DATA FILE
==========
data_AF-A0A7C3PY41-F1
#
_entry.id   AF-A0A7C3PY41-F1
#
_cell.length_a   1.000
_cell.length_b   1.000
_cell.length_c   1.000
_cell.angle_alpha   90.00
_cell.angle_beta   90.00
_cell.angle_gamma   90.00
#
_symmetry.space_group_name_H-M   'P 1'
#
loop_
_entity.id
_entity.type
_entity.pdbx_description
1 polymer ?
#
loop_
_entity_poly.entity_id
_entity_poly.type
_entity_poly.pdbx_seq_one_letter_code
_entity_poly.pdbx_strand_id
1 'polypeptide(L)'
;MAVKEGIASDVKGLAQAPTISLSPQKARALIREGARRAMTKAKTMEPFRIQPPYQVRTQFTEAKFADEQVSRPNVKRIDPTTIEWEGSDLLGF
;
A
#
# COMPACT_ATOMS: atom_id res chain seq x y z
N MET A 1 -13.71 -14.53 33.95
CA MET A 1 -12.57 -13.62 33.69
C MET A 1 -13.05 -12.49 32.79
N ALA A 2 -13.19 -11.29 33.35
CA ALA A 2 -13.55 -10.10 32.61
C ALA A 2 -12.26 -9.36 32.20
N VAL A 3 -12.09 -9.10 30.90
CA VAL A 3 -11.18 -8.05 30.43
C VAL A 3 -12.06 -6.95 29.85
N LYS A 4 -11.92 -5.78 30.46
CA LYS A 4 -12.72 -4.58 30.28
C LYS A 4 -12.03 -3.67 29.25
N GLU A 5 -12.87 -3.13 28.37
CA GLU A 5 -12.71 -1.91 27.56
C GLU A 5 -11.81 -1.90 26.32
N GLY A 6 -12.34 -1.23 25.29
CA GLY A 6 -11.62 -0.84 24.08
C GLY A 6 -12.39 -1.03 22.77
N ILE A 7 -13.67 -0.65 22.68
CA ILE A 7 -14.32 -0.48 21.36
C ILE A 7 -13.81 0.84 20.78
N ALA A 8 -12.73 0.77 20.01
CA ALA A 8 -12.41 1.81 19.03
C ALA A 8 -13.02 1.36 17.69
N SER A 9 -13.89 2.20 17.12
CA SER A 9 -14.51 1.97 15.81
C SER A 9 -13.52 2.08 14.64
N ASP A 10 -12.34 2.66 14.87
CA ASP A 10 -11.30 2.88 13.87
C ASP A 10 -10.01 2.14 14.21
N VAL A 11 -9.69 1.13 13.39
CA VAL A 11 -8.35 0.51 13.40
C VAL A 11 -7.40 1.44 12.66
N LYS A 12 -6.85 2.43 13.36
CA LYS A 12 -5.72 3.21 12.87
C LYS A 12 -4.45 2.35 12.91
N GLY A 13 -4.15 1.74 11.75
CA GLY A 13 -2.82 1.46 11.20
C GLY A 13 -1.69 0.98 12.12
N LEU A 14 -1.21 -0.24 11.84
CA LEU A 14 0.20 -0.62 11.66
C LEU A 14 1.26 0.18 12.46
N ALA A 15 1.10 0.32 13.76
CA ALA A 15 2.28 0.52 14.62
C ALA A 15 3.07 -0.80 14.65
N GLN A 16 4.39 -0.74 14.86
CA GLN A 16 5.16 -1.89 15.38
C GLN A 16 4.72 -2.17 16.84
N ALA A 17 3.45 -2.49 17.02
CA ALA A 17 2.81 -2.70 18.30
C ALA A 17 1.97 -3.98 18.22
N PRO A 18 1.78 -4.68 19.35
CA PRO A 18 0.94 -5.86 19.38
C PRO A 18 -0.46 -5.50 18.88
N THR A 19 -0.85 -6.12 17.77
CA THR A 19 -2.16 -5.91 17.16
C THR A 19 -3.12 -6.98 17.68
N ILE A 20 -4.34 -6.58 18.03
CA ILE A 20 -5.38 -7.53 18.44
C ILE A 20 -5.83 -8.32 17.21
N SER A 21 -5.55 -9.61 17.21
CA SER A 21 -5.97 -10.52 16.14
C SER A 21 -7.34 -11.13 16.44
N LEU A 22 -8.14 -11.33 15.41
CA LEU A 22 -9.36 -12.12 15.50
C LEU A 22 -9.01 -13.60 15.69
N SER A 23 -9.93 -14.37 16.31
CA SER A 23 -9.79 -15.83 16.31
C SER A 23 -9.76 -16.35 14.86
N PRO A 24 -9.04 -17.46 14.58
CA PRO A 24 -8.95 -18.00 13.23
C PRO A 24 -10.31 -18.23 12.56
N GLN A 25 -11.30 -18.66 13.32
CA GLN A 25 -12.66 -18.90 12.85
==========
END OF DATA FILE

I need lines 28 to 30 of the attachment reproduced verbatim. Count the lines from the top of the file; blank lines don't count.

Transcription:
A
#
# COMPACT_ATOMS: atom_id res chain seq x y z